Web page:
Jonathan Chait and Ta-Nehisi Coates have been hammering each other in a fascinating series of posts and ripostes over American blackness and its "culture of poverty," which Andrew Sullivan has helpfully collected here. There's no need to recap all their arguments, since you can read their posts yourself, but I will synopsize them as briefly as I can. Chait:
We have several points of disagreement, the most important of which is that Coates now maintains that there is no such thing as a culture of poverty. [And] Coates initially made the provocative claim that Barack Obama’s views about the relationship between culture and poverty are not only wrong but essentially identical to those of Paul Ryan. In his follow-up, he concedes that they are not identical, but maintains nonetheless that they are wrong.
In regards to black people, America's heritage is kleptocracy.... There is no evidence that black people are less responsible, less moral, or less upstanding in their dealings with America nor with themselves. But there is overwhelming evidence that America is irresponsible, immoral, and unconscionable in its dealings with black people and with itself.
I can agree with both Chait and Coates, notwithstanding their disagreements, which may seem like a contradiction but is, rather, a synthesis of sorts--because both Chait and Coates neglect class as the fundamental struggle in American society.
The United States is indeed a "kleptocracy"--albeit one with a happy-face--but hardly "in regards to black people" alone. There are poor but "responsible" whites and browns, just as there are "upstanding" middle-class whites and browns; nonetheless their share of the nation's bounty continues to stagnate at best, as the plutocracy walks away with the mother lode. And because the plutocracy owns the U.S. Congress as well as a fair number of state legislatures, I wouldn't look for a deluge of remedial redistributionism anytime soon.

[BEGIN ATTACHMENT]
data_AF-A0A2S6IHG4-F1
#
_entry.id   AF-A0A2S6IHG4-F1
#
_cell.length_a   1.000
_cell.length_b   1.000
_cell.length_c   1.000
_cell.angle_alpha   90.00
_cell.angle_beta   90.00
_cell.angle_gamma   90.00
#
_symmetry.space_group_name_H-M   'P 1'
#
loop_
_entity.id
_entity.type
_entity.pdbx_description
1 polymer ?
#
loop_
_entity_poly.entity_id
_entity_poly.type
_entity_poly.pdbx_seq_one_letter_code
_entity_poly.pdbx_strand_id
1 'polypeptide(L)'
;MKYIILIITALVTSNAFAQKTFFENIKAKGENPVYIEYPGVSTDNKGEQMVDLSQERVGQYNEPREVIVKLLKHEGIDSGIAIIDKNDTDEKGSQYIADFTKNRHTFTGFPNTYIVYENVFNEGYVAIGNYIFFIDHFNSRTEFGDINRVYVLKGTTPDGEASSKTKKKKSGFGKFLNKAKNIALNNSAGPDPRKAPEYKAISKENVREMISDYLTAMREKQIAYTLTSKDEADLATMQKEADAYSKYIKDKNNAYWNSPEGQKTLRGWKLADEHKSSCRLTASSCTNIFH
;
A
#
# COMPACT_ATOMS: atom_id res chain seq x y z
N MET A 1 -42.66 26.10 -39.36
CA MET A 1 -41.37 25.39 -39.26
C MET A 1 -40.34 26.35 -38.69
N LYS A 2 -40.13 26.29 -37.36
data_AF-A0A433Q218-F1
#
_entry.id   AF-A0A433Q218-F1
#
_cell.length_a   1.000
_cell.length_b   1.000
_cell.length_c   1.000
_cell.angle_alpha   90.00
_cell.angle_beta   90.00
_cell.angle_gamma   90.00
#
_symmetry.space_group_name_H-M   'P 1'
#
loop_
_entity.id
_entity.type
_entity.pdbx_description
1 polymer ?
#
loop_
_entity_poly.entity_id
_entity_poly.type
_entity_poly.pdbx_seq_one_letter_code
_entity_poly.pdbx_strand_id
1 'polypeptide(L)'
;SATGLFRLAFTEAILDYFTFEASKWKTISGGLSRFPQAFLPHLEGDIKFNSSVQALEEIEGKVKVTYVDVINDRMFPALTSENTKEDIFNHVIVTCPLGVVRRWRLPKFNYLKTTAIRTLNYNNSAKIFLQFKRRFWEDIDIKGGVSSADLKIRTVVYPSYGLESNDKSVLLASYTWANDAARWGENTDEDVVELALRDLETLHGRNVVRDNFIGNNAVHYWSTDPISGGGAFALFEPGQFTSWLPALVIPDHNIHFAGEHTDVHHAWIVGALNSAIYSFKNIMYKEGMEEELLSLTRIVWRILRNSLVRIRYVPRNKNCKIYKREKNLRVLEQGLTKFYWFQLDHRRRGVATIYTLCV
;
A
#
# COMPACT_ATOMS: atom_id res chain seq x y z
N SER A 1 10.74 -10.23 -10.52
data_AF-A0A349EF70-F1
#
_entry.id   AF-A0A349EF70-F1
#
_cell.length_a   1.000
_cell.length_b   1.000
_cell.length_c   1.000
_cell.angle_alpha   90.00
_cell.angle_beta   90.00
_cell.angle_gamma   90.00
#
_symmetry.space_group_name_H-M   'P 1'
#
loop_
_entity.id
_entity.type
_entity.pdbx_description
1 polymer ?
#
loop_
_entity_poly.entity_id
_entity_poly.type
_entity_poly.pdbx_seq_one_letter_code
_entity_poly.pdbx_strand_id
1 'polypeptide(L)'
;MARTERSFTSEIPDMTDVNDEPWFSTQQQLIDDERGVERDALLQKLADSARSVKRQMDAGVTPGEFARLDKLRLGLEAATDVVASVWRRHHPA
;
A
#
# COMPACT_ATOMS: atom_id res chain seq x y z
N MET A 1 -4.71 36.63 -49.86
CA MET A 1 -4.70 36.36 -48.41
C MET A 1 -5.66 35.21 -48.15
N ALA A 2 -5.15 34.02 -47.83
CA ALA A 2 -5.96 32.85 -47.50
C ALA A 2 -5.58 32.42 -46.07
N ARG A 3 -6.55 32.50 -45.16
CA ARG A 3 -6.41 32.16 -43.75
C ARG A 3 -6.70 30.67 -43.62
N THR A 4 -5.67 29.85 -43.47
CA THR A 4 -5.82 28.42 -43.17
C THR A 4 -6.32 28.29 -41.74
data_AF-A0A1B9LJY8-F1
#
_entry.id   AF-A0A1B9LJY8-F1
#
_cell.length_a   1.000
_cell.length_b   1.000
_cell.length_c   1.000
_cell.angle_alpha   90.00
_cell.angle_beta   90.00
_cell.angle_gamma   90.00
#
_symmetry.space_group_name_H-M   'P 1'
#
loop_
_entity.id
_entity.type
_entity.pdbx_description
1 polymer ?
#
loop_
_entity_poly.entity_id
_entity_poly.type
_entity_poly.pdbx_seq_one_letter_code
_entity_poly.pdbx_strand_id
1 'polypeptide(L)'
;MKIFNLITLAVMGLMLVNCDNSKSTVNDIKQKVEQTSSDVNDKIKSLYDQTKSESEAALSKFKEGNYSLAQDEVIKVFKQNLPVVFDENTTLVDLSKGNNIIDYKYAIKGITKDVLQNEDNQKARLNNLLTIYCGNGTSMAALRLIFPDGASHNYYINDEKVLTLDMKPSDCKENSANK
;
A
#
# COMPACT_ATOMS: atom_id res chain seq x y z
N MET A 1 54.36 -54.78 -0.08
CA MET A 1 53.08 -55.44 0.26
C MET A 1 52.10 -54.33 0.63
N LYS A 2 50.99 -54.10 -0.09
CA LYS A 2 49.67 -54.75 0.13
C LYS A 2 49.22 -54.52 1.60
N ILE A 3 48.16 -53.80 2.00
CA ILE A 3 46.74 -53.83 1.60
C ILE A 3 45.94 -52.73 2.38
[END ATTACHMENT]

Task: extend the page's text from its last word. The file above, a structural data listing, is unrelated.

Not to get too historically and analytically Marxist on you, but class has always dictated our national contours. Whence American racism? From wealthy plantationists who tired of the expense of white indentured servitude and the troubles wrought by unruly native Americans (the late Edmund Morgan was most brilliant on this), thus the "inherent inferiority" of the imported and darker skinned was invented. Reconstruction? In the end, plutocratic weariness of sociopolitical reform; time to move on with rapid industrialization and the concentration of wealth. Jim Crow? A political as much as a social movement, orchestrated, again, by wealthy whites desperate to split poor whites from even poorer blacks in the vote; and, once the latter's vote was negated altogether, to keep poor whites content in their impoverishment by convincing them of their inherent racial superiority.
The predominantly white upper class self-perpetuates through Ivy league networks just as "the ghetto"--I recall as a teenager helping my Hispanic friends hurl beer bottles at police cars attempting to patrol KC's West Side--is self-perpetuating in multicolored ignorance. At the secondary level the educational "system" is rigged through its chief funding mechanism: the property tax. Poor white schools and poor brown schools obey black schools' law of physics--absent proper upkeep, they deteriorate at the same rate.
Coates is right: "there is overwhelming evidence that America is irresponsible, immoral, and unconscionable in its dealings with black people and with itself." What he omits is that "itself" includes the same irresponsibility etc. for whites and browns and native Americans. It's not just or even principally a black problem. It's a problem of class, which both Coates and Chait, rather astonishingly, ignore.